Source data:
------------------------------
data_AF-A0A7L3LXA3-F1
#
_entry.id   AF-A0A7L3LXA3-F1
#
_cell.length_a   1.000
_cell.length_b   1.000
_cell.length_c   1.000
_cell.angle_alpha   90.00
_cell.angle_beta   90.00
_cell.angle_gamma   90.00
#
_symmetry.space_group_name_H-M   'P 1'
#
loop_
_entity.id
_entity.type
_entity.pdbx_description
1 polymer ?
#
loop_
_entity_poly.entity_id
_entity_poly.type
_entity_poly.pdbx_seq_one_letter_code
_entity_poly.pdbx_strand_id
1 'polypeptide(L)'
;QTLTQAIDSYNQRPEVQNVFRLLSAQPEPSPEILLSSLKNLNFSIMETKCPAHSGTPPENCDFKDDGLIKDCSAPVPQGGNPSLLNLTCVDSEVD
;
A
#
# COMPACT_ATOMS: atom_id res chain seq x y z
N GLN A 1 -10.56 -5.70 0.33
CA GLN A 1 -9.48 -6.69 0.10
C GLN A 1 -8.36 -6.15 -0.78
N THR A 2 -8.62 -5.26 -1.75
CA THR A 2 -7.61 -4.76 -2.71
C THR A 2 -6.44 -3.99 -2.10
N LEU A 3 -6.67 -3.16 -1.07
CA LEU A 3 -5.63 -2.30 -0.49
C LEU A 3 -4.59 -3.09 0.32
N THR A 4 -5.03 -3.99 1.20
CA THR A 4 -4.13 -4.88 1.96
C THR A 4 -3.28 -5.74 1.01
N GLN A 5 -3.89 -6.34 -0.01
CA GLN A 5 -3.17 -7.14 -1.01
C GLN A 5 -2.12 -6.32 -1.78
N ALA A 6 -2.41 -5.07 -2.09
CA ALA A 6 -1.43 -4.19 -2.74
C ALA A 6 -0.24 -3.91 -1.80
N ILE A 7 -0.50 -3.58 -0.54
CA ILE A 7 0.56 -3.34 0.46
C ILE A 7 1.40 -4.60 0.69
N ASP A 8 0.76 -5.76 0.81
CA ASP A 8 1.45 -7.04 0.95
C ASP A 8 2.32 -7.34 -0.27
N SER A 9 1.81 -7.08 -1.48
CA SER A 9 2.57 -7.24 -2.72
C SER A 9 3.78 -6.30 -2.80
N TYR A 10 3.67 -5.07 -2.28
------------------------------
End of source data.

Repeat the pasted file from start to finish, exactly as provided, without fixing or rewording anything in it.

data_AF-A0A7L3LXA3-F1
#
_entry.id   AF-A0A7L3LXA3-F1
#
_cell.length_a   1.000
_cell.length_b   1.000
_cell.length_c   1.000
_cell.angle_alpha   90.00
_cell.angle_beta   90.00
_cell.angle_gamma   90.00
#
_symmetry.space_group_name_H-M   'P 1'
#
loop_
_entity.id
_entity.type
_entity.pdbx_description
1 polymer ?
#
loop_
_entity_poly.entity_id
_entity_poly.type
_entity_poly.pdbx_seq_one_letter_code
_entity_poly.pdbx_strand_id
1 'polypeptide(L)'
;QTLTQAIDSYNQRPEVQNVFRLLSAQPEPSPEILLSSLKNLNFSIMETKCPAHSGTPPENCDFKDDGLIKDCSAPVPQGGNPSLLNLTCVDSEVD
;
A
#
# COMPACT_ATOMS: atom_id res chain seq x y z
N GLN A 1 -10.56 -5.70 0.33
CA GLN A 1 -9.48 -6.69 0.10
C GLN A 1 -8.36 -6.15 -0.78
N THR A 2 -8.62 -5.26 -1.75
CA THR A 2 -7.61 -4.76 -2.71
C THR A 2 -6.44 -3.99 -2.10
N LEU A 3 -6.67 -3.16 -1.07
CA LEU A 3 -5.63 -2.30 -0.49
C LEU A 3 -4.59 -3.09 0.32
N THR A 4 -5.03 -3.99 1.20
CA THR A 4 -4.13 -4.88 1.96
C THR A 4 -3.28 -5.74 1.01
N GLN A 5 -3.89 -6.34 -0.01
CA GLN A 5 -3.17 -7.14 -1.01
C GLN A 5 -2.12 -6.32 -1.78
N ALA A 6 -2.41 -5.07 -2.09
CA ALA A 6 -1.43 -4.19 -2.74
C ALA A 6 -0.24 -3.91 -1.80
N ILE A 7 -0.50 -3.58 -0.54
CA ILE A 7 0.56 -3.34 0.46
C ILE A 7 1.40 -4.60 0.69
N ASP A 8 0.76 -5.76 0.81
CA ASP A 8 1.45 -7.04 0.95
C ASP A 8 2.32 -7.34 -0.27
N SER A 9 1.81 -7.08 -1.48
CA SER A 9 2.57 -7.24 -2.72
C SER A 9 3.78 -6.30 -2.80
N TYR A 10 3.67 -5.07 -2.28